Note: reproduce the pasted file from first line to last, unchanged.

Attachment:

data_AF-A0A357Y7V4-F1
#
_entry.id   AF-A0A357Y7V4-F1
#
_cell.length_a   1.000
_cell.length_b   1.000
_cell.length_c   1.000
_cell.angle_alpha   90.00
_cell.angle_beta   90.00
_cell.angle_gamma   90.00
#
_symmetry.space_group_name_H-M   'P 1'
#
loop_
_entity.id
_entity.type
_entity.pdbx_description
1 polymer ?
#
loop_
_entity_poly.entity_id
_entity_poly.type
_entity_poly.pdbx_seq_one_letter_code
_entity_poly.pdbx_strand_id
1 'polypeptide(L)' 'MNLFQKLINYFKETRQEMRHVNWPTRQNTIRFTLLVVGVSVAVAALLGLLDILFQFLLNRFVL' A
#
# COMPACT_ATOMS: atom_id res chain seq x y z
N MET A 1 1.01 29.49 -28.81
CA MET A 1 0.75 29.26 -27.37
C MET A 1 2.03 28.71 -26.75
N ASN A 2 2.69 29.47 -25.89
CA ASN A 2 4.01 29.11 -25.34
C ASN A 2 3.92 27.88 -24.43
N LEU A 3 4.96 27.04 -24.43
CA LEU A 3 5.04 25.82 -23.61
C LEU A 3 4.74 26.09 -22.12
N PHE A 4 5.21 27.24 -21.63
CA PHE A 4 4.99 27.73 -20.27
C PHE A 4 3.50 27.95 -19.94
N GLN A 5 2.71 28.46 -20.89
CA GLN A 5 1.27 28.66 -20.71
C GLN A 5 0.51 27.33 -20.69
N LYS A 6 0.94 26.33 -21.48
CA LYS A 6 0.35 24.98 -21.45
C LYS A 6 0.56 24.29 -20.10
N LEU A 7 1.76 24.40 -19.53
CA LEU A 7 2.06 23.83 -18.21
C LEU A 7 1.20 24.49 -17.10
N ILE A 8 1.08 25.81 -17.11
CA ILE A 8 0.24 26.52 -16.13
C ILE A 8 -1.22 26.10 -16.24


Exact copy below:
data_AF-A0A357Y7V4-F1
#
_entry.id   AF-A0A357Y7V4-F1
#
_cell.length_a   1.000
_cell.length_b   1.000
_cell.length_c   1.000
_cell.angle_alpha   90.00
_cell.angle_beta   90.00
_cell.angle_gamma   90.00
#
_symmetry.space_group_name_H-M   'P 1'
#
loop_
_entity.id
_entity.type
_entity.pdbx_description
1 polymer ?
#
loop_
_entity_poly.entity_id
_entity_poly.type
_entity_poly.pdbx_seq_one_letter_code
_entity_poly.pdbx_strand_id
1 'polypeptide(L)' 'MNLFQKLINYFKETRQEMRHVNWPTRQNTIRFTLLVVGVSVAVAALLGLLDILFQFLLNRFVL' A
#
# COMPACT_ATOMS: atom_id res chain seq x y z
N MET A 1 1.01 29.49 -28.81
CA MET A 1 0.75 29.26 -27.37
C MET A 1 2.03 28.71 -26.75
N ASN A 2 2.69 29.47 -25.89
CA ASN A 2 4.01 29.11 -25.34
C ASN A 2 3.92 27.88 -24.43
N LEU A 3 4.96 27.04 -24.43
CA LEU A 3 5.04 25.82 -23.61
C LEU A 3 4.74 26.09 -22.12
N PHE A 4 5.21 27.24 -21.63
CA PHE A 4 4.99 27.73 -20.27
C PHE A 4 3.50 27.95 -19.94
N GLN A 5 2.71 28.46 -20.89
CA GLN A 5 1.27 28.66 -20.71
C GLN A 5 0.51 27.33 -20.69
N LYS A 6 0.94 26.33 -21.48
CA LYS A 6 0.35 24.98 -21.45
C LYS A 6 0.56 24.29 -20.10
N LEU A 7 1.76 24.40 -19.53
CA LEU A 7 2.06 23.83 -18.21
C LEU A 7 1.20 24.49 -17.10
N ILE A 8 1.08 25.81 -17.11
CA ILE A 8 0.24 26.52 -16.13
C ILE A 8 -1.22 26.10 -16.24